A Uintah County attorney yesterday found the Utah officers were justified in taking action because they feared a riot and were unfamiliar with the haka.
The October incident was caught on a blurry mobile phone video, which was posted on YouTube and logged 1.8 million views. It shows police pushing back the dancers at a high school in Roosevelt, east of Salt Lake City.
The officers have said they were unaware the crowd was performing a haka.
Yesterday, Te Tai Tokerau MP Hone Harawira said the response of those watching a haka overseas depended on their level of cultural education.
He said he had no idea if the haka had been “made up” or why the dozen spectators had been performing it.
The Associated Press reported the haka had recently spread to at least a dozen US high school football teams, especially those with large numbers of Polynesian pupils. (TW.com | If you do a youtube search you’ll see that haka are performed by US football supporters regularly at games).
Uintah County attorney G. Mark Thomas called the pepper spray and baton appropriate “weapons” as used by Roosevelt police officers to clear a stadium exit the dancers were blocking.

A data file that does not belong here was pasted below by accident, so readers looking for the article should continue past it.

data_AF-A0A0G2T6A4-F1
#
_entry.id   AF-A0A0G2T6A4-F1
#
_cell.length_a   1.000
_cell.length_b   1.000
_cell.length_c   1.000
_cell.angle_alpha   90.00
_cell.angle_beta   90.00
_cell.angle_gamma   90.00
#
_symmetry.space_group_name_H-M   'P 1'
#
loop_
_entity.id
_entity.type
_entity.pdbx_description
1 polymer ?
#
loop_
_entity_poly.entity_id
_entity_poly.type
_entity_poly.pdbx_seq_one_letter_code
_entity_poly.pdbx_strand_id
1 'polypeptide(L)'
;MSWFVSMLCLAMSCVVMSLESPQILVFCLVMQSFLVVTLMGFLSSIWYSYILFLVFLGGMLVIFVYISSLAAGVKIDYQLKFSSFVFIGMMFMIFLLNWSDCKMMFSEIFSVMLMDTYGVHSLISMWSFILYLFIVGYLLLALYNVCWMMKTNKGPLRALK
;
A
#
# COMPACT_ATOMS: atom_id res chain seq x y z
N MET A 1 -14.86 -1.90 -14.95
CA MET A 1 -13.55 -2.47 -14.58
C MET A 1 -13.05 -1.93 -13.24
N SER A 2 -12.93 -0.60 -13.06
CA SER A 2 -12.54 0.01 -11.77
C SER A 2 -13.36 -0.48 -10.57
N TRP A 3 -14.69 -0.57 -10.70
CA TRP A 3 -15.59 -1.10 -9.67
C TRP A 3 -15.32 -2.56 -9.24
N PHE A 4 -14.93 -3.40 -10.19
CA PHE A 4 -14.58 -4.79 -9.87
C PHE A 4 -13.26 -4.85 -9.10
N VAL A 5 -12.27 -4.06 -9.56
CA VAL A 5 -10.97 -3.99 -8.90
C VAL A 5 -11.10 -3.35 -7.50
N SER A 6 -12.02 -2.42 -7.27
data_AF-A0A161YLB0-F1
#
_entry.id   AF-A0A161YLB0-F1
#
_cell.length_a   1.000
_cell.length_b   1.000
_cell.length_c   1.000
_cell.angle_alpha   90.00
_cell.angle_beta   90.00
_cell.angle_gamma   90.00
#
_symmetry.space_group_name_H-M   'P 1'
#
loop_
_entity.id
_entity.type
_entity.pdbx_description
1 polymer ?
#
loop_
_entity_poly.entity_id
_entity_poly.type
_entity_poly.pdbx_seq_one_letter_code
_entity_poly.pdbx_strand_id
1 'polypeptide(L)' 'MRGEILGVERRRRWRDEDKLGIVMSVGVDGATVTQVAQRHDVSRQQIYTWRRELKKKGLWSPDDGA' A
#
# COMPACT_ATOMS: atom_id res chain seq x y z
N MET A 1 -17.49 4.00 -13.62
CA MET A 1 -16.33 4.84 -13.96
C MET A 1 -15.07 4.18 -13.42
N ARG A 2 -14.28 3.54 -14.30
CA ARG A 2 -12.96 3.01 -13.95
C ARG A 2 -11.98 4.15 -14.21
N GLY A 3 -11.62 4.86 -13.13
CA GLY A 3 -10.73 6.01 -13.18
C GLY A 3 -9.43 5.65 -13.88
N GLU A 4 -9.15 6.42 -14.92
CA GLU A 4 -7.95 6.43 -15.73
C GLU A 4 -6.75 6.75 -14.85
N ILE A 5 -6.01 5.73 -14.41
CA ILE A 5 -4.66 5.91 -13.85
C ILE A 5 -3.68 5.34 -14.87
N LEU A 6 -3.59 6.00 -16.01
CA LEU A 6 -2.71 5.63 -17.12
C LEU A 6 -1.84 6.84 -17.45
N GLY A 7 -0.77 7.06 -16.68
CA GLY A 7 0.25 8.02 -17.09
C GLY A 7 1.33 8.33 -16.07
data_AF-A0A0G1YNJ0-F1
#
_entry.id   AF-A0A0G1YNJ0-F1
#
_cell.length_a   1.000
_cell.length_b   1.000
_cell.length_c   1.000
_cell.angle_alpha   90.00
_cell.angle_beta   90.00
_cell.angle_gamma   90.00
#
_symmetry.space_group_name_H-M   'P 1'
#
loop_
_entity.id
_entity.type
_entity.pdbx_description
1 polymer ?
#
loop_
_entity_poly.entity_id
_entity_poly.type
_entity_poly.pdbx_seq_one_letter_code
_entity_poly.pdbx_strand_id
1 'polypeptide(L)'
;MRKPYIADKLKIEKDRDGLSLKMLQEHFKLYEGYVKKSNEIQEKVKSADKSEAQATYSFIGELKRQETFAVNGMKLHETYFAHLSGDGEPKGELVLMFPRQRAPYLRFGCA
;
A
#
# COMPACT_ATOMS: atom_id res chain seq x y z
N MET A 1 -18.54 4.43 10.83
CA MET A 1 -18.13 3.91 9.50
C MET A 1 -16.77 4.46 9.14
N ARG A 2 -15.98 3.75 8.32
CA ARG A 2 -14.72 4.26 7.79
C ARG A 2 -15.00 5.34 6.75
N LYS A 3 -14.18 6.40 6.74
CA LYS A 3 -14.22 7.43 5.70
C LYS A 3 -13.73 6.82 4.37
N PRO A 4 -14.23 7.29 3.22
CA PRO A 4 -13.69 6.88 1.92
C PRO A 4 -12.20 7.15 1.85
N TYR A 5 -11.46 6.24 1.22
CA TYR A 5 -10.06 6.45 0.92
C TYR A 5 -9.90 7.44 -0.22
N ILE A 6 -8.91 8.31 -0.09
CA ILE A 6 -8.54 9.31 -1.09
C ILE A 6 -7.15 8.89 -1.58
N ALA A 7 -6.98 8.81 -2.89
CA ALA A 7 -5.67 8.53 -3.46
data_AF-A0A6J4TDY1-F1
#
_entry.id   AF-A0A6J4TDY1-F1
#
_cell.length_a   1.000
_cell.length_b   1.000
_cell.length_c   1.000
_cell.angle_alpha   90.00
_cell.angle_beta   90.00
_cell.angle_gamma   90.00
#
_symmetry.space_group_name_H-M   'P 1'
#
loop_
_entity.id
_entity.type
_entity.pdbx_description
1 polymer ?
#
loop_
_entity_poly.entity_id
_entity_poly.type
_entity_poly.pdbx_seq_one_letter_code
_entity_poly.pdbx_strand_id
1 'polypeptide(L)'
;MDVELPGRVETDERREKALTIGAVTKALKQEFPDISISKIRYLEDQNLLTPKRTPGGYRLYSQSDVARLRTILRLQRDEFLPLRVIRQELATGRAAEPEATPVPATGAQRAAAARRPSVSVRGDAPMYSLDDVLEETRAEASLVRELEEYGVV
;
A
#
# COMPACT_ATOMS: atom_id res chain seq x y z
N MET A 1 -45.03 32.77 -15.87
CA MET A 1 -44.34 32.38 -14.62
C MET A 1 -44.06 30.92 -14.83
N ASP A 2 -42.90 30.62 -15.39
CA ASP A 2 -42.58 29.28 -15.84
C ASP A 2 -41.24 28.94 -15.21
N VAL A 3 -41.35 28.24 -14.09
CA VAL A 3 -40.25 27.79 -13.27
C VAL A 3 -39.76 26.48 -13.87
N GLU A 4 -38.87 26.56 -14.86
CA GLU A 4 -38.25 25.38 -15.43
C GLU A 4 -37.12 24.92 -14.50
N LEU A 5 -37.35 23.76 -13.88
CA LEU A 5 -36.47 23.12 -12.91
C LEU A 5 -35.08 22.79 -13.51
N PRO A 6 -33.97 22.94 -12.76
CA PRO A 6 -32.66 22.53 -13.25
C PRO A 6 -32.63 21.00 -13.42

The performers repeatedly ignored police commands but they believed their routine had the tacit approval of school officials and football fans, he said. “Therefore, I do not believe the performers `recklessly’ caused a public inconvenience,” he said.
In his 21-page opinion, Mr Thomas found that “the officers did not use unlawful force. Therefore, the officers cannot be charged with criminal assault.”
His finding supported the results of an internal police investigation, which also said the officers’ actions were justified. Mr Thomas has said he opened his probe at the request of the Utah chapter of the American Civil Liberties Union (ACLU), which disputed his conclusions and noted that his second-by-second analysis of the YouTube video shows police used force only 17 seconds after making their first command.
Tensions were high as rival high schools in Vernal and Roosevelt were each winless before their final game of the season.
“There is a long history of rival conduct which includes occasional skirmishes during sporting events, occasional vandalism and lots of bravado from athletes and fans of both schools,” Mr Thomas wrote.
The Vernal high school won the game over a disputed call.
A touchdown by the Roosevelt team had been reversed and their fans were heckling referees, he said.
Officer Luke Stradinger, who used the pepper spray, said in a report he had “never seen such an event, or even heard of such a thing” as the haka.